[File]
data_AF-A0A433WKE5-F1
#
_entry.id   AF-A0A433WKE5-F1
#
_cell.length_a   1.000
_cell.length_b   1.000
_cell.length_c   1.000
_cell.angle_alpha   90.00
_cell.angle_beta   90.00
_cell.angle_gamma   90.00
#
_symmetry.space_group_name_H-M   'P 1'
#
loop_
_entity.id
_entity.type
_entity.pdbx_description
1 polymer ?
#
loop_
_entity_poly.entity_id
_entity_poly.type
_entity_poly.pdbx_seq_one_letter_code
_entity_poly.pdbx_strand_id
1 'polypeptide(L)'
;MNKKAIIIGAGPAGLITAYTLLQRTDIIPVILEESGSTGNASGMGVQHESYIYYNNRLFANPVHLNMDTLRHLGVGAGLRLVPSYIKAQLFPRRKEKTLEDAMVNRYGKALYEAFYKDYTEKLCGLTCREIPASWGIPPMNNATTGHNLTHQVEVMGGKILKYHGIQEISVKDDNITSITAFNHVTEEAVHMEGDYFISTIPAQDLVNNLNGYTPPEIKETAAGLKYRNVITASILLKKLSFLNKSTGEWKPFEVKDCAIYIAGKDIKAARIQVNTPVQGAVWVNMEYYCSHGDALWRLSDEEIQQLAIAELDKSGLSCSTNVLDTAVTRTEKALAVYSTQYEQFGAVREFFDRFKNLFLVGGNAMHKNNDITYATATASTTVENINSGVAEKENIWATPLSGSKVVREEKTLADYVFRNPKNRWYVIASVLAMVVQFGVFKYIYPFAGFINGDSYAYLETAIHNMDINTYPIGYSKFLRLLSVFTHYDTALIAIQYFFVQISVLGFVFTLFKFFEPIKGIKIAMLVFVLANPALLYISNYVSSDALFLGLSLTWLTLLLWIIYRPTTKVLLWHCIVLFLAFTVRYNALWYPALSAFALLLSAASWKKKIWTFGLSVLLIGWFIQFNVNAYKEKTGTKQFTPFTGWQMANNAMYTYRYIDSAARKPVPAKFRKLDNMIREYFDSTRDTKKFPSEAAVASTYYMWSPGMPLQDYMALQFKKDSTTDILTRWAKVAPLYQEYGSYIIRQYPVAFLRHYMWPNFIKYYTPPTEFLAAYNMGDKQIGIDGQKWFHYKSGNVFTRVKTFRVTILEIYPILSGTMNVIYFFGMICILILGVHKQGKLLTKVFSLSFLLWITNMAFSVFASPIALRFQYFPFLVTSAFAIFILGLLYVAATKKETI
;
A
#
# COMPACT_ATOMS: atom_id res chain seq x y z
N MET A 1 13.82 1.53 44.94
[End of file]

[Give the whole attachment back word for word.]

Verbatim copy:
data_AF-A0A433WKE5-F1
#
_entry.id   AF-A0A433WKE5-F1
#
_cell.length_a   1.000
_cell.length_b   1.000
_cell.length_c   1.000
_cell.angle_alpha   90.00
_cell.angle_beta   90.00
_cell.angle_gamma   90.00
#
_symmetry.space_group_name_H-M   'P 1'
#
loop_
_entity.id
_entity.type
_entity.pdbx_description
1 polymer ?
#
loop_
_entity_poly.entity_id
_entity_poly.type
_entity_poly.pdbx_seq_one_letter_code
_entity_poly.pdbx_strand_id
1 'polypeptide(L)'
;MNKKAIIIGAGPAGLITAYTLLQRTDIIPVILEESGSTGNASGMGVQHESYIYYNNRLFANPVHLNMDTLRHLGVGAGLRLVPSYIKAQLFPRRKEKTLEDAMVNRYGKALYEAFYKDYTEKLCGLTCREIPASWGIPPMNNATTGHNLTHQVEVMGGKILKYHGIQEISVKDDNITSITAFNHVTEEAVHMEGDYFISTIPAQDLVNNLNGYTPPEIKETAAGLKYRNVITASILLKKLSFLNKSTGEWKPFEVKDCAIYIAGKDIKAARIQVNTPVQGAVWVNMEYYCSHGDALWRLSDEEIQQLAIAELDKSGLSCSTNVLDTAVTRTEKALAVYSTQYEQFGAVREFFDRFKNLFLVGGNAMHKNNDITYATATASTTVENINSGVAEKENIWATPLSGSKVVREEKTLADYVFRNPKNRWYVIASVLAMVVQFGVFKYIYPFAGFINGDSYAYLETAIHNMDINTYPIGYSKFLRLLSVFTHYDTALIAIQYFFVQISVLGFVFTLFKFFEPIKGIKIAMLVFVLANPALLYISNYVSSDALFLGLSLTWLTLLLWIIYRPTTKVLLWHCIVLFLAFTVRYNALWYPALSAFALLLSAASWKKKIWTFGLSVLLIGWFIQFNVNAYKEKTGTKQFTPFTGWQMANNAMYTYRYIDSAARKPVPAKFRKLDNMIREYFDSTRDTKKFPSEAAVASTYYMWSPGMPLQDYMALQFKKDSTTDILTRWAKVAPLYQEYGSYIIRQYPVAFLRHYMWPNFIKYYTPPTEFLAAYNMGDKQIGIDGQKWFHYKSGNVFTRVKTFRVTILEIYPILSGTMNVIYFFGMICILILGVHKQGKLLTKVFSLSFLLWITNMAFSVFASPIALRFQYFPFLVTSAFAIFILGLLYVAATKKETI
;
A
#
# COMPACT_ATOMS: atom_id res chain seq x y z
N MET A 1 13.82 1.53 44.94